By Sydney Yalshevec
Reporter 

Kimball County hoping for larger turnout for general election in November

 


The primary election came and went in Kimball, and now it’s time to prepare for the general election. Cathy Sibal, County Clerk, and the Clerk’s office will be busy preparing for what they hope will be a better turn out.

Tuesday, May 13, was the primary election, and 622 voters went out to make their stance known. That is 622 out of 3,030 registered voters in Kimball. Such a small percentage of voters out can prove to be disheartening to the county clerk’s office, who spend so much of their time trying to prepare for the election.

“We have to prepare for all the voters, not just the amount that we think will show up. We have to make sure we have enough ballots and voting stations, a big enough space. So when only twenty percent or so show up we have to wonder what we could do to boost that turnout,” Sibal said.

In the past the apathetic voter has expressed their lack of participation in the primary is due to lack of a candidate to support. They might not care for a candidate on the ballot, or their party may not be heavily represented on the ballot. In a primary election, that deals with voting within one’s own party and for non partisan candidates, some ballots can look rather bare.

With this past primary in particular, local offices were absent from the primary all together. This is due to the passing of Legislative Bill 56 that was passed on February 18, 2014, which states, “If the number of candidates properly filed for the nomination of a political party at the primary election for any county officer… does not exceed the number of candidates to be nominated by that party for that office, any such properly filed candidates shall be declared nominated and their names shall not appear on any primary election ballots.”

The aforementioned portion of LB 56, is explaining that if there is one office open and no more than one candidate representing each party they automatically move forward to the general. This is because the primary election is focused on narrowing down the candidates from each party.

“For example, there is one person who filed as a republican for county treasurer. If there had been another republican who filed for that same office, then both names would have appeared on the primary ballot. This being because only one candidate from each party can move forward to the general,” Sibal said.


However, the primary is over and while Kimball had a low turn out it seems that the state of Nebraska itself had a rather low turnout. Republicans had a 40 percent turnout, while Democrats saw an 18 percent turnout. Out of the 1,152,180 people registered for the primary only 316,124 voted. With the race for Governor and Senate being so close a larger turn out could have been a major game changer.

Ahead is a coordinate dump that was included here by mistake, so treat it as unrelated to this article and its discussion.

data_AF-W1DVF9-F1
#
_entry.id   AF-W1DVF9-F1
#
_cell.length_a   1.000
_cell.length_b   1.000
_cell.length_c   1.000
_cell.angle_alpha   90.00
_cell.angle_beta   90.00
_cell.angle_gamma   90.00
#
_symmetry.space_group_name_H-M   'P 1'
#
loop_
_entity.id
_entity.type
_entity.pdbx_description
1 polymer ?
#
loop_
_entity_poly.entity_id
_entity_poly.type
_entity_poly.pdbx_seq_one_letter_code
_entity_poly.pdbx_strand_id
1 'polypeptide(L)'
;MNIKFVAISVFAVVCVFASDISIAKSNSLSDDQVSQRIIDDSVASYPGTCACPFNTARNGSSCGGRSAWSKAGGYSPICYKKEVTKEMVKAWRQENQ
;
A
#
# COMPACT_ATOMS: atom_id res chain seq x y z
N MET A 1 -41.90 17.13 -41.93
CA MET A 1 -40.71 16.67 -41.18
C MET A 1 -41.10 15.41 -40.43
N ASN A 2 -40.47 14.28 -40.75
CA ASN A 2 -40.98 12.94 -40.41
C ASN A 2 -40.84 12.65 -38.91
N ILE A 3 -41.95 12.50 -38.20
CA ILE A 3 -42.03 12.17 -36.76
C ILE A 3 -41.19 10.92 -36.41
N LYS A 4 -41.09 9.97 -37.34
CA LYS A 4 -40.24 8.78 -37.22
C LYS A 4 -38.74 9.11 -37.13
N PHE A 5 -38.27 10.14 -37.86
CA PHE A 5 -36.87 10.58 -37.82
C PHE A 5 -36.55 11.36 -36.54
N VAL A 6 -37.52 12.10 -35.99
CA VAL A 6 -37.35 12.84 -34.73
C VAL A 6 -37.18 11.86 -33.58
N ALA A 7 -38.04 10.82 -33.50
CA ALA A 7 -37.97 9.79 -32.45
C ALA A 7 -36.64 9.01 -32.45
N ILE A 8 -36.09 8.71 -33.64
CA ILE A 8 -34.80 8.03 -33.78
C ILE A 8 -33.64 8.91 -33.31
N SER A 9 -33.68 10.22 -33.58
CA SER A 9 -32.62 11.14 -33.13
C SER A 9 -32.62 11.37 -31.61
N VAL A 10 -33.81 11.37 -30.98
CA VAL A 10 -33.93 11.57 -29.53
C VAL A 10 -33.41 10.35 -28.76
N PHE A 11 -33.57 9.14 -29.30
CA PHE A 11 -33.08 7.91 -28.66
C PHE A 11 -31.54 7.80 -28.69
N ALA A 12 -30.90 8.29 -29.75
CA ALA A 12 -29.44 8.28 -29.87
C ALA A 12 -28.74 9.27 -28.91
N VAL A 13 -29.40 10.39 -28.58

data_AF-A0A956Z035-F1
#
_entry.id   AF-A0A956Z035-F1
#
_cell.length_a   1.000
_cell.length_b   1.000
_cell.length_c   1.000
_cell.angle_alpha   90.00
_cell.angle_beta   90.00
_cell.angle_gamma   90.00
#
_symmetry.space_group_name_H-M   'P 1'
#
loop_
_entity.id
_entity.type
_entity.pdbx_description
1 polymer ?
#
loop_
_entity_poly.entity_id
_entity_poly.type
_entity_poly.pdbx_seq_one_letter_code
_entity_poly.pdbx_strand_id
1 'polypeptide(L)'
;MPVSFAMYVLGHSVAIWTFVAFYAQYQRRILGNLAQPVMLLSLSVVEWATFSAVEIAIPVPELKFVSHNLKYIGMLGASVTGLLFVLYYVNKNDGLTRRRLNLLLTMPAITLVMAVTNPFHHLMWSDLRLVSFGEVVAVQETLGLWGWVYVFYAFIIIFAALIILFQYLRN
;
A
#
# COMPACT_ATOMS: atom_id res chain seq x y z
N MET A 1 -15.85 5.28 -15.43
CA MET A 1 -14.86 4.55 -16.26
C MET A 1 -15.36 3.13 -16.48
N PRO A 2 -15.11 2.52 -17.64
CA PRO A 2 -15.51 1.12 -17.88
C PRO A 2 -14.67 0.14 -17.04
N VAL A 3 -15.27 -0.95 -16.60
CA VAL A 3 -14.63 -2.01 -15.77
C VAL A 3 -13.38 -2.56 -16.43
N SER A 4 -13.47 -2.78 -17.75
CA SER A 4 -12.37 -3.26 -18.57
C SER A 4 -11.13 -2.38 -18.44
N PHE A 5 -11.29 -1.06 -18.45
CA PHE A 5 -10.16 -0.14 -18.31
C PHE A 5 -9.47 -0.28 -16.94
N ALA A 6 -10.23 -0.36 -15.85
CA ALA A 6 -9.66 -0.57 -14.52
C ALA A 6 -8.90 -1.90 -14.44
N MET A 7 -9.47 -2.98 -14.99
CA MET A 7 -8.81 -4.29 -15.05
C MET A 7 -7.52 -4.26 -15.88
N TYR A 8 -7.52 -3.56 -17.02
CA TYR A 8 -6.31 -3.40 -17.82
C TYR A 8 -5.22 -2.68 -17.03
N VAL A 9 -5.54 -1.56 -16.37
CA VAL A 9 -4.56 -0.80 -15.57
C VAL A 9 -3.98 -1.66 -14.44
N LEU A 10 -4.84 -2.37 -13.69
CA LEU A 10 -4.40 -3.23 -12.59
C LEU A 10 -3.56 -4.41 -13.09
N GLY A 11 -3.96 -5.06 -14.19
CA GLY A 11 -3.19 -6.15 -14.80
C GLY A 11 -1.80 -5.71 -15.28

“We’ve got a lot of deadlines to meet with the coming general election and we really want to encourage people to vote, because it does matter. Now is the perfect time in fact for people to check up on their voter registry,” Sibal said.

Even if a person did not vote in the primary, they are still eligible to vote in the general. For those who have never voted, perhaps those just turning eighteen, registry is simple and can be done at the county courthouse. Voting for the first time can be intimidating, however, it is an American right. Those apprehensive about voting for the first time might try going with another person, while ballots will not be shared another person present can provide a confidence boost when a new experience seems daunting. If it is a person’s first time voting, they should know that there are people present who will explain the whole process, because they do to every person who shows up to vote. Parents might consider taking their recently registered voters to the voting location.

“While we prepare for the general we just really want to stress how important it is for the people to get out and vote. It’s your American right and privilege. I would never want to lose that right, and so I show appreciation by exercising it,” Sibal said.

In 1776 Caesar Rodney, Delaware delegate, was the 1 vote that mattered. With his vote he approved independence from England. Several states such as Texas, Idaho, Washington, California, and Oregon were approved to the Union due to one vote. One vote gave women the right to vote in Tennessee. The previously mentioned are just some occasions when one vote was all that mattered.

At this time there have been no write ins for candidacy. Any questions concerning the election or voting process can be directed at the county clerk’s office.

“We encourage questions from the voters and will do our best to answer any and all of their questions,” Sibal said.

 

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